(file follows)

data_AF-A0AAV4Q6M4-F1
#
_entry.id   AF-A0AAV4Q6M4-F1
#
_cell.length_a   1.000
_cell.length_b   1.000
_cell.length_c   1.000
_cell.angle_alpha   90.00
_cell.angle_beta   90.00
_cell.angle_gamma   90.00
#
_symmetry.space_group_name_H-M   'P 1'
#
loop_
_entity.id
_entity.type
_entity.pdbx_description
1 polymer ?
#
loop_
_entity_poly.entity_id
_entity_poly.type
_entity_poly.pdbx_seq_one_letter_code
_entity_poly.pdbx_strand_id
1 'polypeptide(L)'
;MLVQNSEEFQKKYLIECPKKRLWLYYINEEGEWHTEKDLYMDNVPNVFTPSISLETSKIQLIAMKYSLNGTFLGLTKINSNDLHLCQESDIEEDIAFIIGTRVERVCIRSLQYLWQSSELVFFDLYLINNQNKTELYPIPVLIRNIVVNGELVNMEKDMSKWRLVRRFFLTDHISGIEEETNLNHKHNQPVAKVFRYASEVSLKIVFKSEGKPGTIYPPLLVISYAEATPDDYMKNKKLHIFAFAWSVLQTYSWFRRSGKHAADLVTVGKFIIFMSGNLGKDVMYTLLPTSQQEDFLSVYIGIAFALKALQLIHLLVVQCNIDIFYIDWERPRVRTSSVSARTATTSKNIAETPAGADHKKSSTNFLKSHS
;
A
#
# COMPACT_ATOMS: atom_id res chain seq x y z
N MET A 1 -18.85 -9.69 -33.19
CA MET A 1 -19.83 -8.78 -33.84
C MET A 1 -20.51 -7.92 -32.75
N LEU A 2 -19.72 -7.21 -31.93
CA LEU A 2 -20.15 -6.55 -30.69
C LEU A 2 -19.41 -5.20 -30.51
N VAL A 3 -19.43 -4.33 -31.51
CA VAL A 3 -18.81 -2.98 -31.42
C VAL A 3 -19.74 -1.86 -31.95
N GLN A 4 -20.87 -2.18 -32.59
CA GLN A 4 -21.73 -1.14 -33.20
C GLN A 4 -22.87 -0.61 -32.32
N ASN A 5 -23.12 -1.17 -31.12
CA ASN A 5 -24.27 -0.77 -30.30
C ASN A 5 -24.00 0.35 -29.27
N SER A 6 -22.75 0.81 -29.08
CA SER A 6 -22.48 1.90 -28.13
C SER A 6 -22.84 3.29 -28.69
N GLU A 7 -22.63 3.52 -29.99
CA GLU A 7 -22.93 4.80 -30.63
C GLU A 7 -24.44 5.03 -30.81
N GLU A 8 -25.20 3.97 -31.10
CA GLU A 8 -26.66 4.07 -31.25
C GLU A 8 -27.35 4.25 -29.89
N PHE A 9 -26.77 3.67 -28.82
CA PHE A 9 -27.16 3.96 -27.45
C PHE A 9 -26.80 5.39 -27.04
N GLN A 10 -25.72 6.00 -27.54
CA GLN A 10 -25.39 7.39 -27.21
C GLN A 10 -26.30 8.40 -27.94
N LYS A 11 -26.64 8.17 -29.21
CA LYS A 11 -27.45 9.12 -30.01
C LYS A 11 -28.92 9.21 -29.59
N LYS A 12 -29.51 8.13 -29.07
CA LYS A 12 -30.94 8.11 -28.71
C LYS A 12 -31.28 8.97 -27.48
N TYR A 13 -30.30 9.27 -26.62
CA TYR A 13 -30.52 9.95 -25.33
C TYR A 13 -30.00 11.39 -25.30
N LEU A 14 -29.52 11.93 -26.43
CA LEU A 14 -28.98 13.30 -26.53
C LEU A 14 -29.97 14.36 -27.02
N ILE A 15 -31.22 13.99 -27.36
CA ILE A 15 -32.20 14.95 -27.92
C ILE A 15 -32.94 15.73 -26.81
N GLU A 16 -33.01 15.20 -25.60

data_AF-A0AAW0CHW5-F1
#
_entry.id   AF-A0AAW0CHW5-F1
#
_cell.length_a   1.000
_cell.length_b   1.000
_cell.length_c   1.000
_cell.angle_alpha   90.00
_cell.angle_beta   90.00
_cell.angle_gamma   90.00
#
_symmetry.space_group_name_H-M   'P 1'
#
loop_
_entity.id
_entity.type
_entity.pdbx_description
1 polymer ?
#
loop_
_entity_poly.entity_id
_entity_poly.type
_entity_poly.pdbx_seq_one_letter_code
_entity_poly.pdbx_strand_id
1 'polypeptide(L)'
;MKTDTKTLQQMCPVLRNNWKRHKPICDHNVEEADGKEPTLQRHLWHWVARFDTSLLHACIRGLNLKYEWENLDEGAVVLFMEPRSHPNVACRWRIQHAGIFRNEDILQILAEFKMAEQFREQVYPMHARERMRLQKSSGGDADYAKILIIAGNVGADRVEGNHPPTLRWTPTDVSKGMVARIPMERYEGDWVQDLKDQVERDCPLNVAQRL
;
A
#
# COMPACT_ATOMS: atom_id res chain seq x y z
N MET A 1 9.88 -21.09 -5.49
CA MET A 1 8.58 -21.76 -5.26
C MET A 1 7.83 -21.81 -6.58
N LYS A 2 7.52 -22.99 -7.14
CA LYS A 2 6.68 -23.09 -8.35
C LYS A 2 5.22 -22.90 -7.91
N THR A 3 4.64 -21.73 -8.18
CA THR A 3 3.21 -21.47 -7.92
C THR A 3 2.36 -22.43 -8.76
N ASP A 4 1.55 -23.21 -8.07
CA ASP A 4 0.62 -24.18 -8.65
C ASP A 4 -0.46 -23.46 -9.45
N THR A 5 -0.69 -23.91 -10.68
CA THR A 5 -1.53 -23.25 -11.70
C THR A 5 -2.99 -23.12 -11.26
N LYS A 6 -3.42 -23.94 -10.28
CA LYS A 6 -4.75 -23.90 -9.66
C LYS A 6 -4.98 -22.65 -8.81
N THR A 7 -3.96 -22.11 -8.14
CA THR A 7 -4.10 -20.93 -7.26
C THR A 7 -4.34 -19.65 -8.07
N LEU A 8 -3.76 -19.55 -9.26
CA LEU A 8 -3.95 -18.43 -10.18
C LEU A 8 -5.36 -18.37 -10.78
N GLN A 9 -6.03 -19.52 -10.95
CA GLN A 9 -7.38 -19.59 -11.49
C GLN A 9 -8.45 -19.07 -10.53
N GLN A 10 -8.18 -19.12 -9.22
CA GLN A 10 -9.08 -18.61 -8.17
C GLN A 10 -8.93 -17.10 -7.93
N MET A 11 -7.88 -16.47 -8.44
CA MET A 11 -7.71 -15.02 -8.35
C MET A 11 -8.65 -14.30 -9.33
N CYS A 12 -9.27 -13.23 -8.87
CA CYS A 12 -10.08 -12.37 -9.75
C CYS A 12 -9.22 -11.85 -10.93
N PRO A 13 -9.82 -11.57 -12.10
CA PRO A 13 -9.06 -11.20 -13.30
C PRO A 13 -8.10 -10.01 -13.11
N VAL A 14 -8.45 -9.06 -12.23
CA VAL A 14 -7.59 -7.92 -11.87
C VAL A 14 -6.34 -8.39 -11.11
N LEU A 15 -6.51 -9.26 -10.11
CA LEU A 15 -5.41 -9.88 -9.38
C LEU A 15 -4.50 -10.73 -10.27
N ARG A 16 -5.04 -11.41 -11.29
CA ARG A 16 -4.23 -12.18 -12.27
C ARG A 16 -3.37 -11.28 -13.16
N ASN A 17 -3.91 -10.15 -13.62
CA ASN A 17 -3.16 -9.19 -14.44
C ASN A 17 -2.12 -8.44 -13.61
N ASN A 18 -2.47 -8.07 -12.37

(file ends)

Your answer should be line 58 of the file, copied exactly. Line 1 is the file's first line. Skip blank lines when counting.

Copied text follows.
N GLN A 10 -25.72 6.00 -27.54